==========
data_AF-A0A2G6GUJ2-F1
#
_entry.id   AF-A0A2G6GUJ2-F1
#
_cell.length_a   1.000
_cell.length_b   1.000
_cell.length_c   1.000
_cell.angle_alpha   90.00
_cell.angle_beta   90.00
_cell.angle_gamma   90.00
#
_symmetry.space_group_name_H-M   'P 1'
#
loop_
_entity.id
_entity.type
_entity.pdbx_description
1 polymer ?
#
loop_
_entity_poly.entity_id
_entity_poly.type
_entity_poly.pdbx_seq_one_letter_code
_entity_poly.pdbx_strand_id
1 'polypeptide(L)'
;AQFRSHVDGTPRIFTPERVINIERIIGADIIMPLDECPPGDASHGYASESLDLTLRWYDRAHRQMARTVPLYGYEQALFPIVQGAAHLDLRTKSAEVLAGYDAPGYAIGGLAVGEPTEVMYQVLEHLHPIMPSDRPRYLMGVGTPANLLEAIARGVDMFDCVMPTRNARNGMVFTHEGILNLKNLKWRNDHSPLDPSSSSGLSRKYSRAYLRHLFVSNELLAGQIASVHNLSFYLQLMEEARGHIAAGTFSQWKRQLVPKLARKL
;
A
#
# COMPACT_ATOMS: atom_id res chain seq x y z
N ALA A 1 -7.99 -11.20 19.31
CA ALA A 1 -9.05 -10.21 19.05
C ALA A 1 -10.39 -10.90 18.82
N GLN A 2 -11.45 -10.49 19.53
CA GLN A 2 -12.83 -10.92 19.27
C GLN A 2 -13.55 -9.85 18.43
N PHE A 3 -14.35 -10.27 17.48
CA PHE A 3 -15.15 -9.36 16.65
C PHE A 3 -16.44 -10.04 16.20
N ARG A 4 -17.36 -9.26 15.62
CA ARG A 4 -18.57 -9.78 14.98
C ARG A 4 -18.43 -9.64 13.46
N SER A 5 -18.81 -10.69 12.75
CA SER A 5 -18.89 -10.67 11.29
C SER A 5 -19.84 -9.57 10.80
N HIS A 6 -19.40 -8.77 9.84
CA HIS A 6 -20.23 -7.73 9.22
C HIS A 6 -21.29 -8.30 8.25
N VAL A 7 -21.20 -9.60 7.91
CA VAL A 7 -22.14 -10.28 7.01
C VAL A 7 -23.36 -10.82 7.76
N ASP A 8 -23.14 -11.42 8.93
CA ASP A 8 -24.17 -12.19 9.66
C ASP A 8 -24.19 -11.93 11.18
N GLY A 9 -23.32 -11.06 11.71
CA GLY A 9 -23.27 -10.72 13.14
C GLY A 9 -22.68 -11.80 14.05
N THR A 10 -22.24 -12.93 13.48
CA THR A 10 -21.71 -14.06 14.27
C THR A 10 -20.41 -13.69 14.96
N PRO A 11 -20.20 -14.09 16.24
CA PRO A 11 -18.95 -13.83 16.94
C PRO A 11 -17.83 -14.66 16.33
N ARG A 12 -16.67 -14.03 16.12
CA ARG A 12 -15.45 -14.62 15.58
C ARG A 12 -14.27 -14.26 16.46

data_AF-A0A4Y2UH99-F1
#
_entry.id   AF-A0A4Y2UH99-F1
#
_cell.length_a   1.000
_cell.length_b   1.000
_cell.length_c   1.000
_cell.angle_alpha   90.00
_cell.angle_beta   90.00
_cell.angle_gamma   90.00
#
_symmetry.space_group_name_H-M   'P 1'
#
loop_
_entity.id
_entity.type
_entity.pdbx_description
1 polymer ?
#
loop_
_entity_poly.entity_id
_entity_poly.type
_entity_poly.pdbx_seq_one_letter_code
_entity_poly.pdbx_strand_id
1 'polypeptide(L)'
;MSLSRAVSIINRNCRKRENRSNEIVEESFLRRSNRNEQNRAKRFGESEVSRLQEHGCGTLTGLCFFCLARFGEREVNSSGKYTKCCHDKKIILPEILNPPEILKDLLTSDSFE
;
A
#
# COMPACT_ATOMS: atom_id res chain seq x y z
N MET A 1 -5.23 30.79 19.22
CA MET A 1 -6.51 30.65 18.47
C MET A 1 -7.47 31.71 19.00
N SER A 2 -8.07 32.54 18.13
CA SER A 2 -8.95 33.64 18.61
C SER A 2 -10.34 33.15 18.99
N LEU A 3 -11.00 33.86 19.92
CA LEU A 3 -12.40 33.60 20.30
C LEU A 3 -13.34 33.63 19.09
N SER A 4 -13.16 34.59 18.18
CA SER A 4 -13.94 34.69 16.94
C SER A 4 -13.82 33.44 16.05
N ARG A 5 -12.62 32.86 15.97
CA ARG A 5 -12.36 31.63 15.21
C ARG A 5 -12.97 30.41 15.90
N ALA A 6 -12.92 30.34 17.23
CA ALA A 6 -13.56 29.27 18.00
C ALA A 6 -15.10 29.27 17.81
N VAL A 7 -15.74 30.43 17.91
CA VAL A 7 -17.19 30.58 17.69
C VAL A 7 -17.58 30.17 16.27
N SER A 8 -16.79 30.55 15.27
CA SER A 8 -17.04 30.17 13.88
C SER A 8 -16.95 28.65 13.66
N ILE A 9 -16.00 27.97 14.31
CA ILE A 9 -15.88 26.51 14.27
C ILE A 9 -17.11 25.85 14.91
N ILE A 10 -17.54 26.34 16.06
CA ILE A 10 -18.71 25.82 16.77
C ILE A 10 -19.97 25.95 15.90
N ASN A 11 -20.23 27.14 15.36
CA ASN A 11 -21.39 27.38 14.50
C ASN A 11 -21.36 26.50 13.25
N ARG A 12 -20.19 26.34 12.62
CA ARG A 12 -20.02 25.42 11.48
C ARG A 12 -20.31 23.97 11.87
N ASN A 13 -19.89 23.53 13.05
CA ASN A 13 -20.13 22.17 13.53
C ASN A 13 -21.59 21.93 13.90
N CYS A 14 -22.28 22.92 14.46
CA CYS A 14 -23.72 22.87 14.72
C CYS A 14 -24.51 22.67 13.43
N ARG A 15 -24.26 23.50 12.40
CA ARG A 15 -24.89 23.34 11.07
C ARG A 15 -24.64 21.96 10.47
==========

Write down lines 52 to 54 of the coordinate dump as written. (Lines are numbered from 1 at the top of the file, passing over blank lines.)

N ASP A 8 -23.14 -11.42 8.93
CA ASP A 8 -24.17 -12.19 9.66
C ASP A 8 -24.19 -11.93 11.18